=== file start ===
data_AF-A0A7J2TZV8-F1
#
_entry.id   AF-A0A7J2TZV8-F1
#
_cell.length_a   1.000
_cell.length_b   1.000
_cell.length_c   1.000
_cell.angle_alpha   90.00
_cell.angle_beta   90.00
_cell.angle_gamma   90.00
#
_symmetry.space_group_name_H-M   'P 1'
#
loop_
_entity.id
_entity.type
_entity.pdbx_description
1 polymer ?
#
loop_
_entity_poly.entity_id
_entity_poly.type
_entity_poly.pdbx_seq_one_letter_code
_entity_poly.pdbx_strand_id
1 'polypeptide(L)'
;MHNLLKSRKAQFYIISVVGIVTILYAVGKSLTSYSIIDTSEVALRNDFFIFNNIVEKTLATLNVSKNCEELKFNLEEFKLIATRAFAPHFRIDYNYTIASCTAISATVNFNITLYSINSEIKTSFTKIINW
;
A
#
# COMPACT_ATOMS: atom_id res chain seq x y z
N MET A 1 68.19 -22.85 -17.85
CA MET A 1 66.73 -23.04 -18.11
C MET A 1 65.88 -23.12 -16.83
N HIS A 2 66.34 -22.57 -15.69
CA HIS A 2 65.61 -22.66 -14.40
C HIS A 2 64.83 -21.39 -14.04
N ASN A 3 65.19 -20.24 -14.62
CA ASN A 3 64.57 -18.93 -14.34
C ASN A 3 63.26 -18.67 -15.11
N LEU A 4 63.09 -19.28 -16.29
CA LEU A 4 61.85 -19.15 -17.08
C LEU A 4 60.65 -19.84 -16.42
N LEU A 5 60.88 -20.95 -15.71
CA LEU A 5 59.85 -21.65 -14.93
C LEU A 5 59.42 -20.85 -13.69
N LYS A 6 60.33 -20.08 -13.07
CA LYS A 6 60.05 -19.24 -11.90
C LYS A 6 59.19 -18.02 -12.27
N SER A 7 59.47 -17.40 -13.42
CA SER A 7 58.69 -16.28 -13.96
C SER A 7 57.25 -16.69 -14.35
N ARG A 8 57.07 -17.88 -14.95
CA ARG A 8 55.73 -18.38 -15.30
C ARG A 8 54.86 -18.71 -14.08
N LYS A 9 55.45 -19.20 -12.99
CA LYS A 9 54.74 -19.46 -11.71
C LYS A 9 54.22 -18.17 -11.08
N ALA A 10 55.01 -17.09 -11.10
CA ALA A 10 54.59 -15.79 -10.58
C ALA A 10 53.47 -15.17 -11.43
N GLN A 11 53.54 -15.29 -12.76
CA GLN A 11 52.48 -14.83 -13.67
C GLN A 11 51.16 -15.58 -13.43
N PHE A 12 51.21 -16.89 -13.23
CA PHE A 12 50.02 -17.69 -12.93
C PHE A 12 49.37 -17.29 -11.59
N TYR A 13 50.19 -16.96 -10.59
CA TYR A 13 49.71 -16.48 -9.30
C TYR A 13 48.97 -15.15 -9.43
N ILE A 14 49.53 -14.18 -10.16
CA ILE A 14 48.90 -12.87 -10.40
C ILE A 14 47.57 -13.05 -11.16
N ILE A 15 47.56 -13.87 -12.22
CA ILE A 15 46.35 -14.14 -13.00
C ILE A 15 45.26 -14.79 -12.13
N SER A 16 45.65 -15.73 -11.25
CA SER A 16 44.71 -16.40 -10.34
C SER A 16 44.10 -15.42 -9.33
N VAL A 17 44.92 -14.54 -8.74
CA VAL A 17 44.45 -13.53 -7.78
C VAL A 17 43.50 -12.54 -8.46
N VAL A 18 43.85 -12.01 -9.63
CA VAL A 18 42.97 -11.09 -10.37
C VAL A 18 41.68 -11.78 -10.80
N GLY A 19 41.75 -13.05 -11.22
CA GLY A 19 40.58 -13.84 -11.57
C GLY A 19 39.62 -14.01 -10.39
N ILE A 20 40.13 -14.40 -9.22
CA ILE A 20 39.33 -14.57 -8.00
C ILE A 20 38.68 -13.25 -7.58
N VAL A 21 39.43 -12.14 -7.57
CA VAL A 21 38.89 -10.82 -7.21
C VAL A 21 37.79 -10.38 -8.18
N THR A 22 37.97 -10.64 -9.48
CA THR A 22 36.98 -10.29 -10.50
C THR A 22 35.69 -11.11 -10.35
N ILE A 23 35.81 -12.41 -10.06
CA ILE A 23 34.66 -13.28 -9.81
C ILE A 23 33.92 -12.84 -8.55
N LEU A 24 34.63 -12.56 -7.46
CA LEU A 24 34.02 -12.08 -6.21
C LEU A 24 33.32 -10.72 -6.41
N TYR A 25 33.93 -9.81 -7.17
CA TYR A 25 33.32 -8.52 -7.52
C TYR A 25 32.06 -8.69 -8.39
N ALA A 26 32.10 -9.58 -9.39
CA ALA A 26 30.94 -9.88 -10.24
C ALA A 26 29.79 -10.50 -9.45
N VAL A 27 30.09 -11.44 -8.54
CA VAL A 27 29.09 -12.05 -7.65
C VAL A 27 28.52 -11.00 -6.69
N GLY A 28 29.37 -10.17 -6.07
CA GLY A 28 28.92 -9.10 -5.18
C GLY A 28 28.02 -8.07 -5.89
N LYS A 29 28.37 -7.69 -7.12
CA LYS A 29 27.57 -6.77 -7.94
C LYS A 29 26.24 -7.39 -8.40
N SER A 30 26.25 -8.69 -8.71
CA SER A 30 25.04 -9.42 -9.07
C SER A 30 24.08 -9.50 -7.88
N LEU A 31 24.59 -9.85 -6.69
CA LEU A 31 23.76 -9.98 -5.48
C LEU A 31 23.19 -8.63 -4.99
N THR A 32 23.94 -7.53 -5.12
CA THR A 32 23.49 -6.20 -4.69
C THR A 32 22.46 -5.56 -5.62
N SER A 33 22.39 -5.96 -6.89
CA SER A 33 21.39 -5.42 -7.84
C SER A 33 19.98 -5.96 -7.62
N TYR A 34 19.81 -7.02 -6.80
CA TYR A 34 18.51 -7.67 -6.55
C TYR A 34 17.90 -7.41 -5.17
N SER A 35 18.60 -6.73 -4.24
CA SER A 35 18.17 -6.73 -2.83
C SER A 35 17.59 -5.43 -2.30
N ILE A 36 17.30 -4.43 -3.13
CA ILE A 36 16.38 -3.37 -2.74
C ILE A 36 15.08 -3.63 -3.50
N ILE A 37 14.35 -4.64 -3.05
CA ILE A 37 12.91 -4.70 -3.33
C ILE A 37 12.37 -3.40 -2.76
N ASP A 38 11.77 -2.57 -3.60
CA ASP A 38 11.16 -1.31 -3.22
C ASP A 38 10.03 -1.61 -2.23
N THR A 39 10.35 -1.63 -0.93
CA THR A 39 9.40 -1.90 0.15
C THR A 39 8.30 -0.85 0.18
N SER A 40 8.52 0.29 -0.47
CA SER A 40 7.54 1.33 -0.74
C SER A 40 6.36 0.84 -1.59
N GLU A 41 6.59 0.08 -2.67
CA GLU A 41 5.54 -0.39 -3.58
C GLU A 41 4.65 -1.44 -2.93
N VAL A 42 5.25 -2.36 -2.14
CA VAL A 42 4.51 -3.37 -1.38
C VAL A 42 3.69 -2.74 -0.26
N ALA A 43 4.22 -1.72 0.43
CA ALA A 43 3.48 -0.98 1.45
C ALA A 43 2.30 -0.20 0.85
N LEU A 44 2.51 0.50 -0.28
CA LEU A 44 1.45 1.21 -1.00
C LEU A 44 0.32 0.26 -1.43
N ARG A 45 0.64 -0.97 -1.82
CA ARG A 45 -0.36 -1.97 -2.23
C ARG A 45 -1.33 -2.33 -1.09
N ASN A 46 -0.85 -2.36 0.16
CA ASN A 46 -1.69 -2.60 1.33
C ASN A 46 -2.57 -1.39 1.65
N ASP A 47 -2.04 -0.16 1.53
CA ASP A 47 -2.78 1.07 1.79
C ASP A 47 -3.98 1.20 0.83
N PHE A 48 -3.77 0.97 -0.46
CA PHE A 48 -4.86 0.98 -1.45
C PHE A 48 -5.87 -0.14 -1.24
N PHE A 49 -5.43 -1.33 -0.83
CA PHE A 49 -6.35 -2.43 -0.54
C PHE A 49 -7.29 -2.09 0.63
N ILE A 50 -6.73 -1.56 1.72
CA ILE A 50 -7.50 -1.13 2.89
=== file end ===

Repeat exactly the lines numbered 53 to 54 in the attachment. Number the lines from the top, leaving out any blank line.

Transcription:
CA ARG A 8 55.73 -18.38 -15.30
C ARG A 8 54.86 -18.71 -14.08